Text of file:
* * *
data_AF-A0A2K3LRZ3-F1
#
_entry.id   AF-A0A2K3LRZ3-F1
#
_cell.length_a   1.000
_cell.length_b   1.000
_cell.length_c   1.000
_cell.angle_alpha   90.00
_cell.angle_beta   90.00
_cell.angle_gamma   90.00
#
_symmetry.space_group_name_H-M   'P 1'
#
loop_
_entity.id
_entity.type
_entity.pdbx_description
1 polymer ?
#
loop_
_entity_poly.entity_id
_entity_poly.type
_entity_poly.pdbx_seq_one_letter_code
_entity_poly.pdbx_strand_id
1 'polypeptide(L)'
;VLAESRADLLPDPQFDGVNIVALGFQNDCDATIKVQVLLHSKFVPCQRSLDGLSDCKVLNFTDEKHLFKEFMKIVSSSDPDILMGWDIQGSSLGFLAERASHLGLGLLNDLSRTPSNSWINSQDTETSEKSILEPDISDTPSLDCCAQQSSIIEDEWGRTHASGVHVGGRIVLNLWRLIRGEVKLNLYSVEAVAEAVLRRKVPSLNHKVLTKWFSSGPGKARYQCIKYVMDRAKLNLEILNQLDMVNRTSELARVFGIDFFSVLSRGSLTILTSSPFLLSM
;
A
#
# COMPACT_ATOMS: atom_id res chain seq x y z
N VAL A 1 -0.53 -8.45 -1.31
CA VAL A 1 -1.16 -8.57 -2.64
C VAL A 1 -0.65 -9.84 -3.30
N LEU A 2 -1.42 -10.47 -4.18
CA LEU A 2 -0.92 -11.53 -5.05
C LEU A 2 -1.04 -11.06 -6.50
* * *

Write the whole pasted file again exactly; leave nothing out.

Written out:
data_AF-A0A2K3LRZ3-F1
#
_entry.id   AF-A0A2K3LRZ3-F1
#
_cell.length_a   1.000
_cell.length_b   1.000
_cell.length_c   1.000
_cell.angle_alpha   90.00
_cell.angle_beta   90.00
_cell.angle_gamma   90.00
#
_symmetry.space_group_name_H-M   'P 1'
#
loop_
_entity.id
_entity.type
_entity.pdbx_description
1 polymer ?
#
loop_
_entity_poly.entity_id
_entity_poly.type
_entity_poly.pdbx_seq_one_letter_code
_entity_poly.pdbx_strand_id
1 'polypeptide(L)'
;VLAESRADLLPDPQFDGVNIVALGFQNDCDATIKVQVLLHSKFVPCQRSLDGLSDCKVLNFTDEKHLFKEFMKIVSSSDPDILMGWDIQGSSLGFLAERASHLGLGLLNDLSRTPSNSWINSQDTETSEKSILEPDISDTPSLDCCAQQSSIIEDEWGRTHASGVHVGGRIVLNLWRLIRGEVKLNLYSVEAVAEAVLRRKVPSLNHKVLTKWFSSGPGKARYQCIKYVMDRAKLNLEILNQLDMVNRTSELARVFGIDFFSVLSRGSLTILTSSPFLLSM
;
A
#
# COMPACT_ATOMS: atom_id res chain seq x y z
N VAL A 1 -0.53 -8.45 -1.31
CA VAL A 1 -1.16 -8.57 -2.64
C VAL A 1 -0.65 -9.84 -3.30
N LEU A 2 -1.42 -10.47 -4.18
CA LEU A 2 -0.92 -11.53 -5.05
C LEU A 2 -1.04 -11.06 -6.50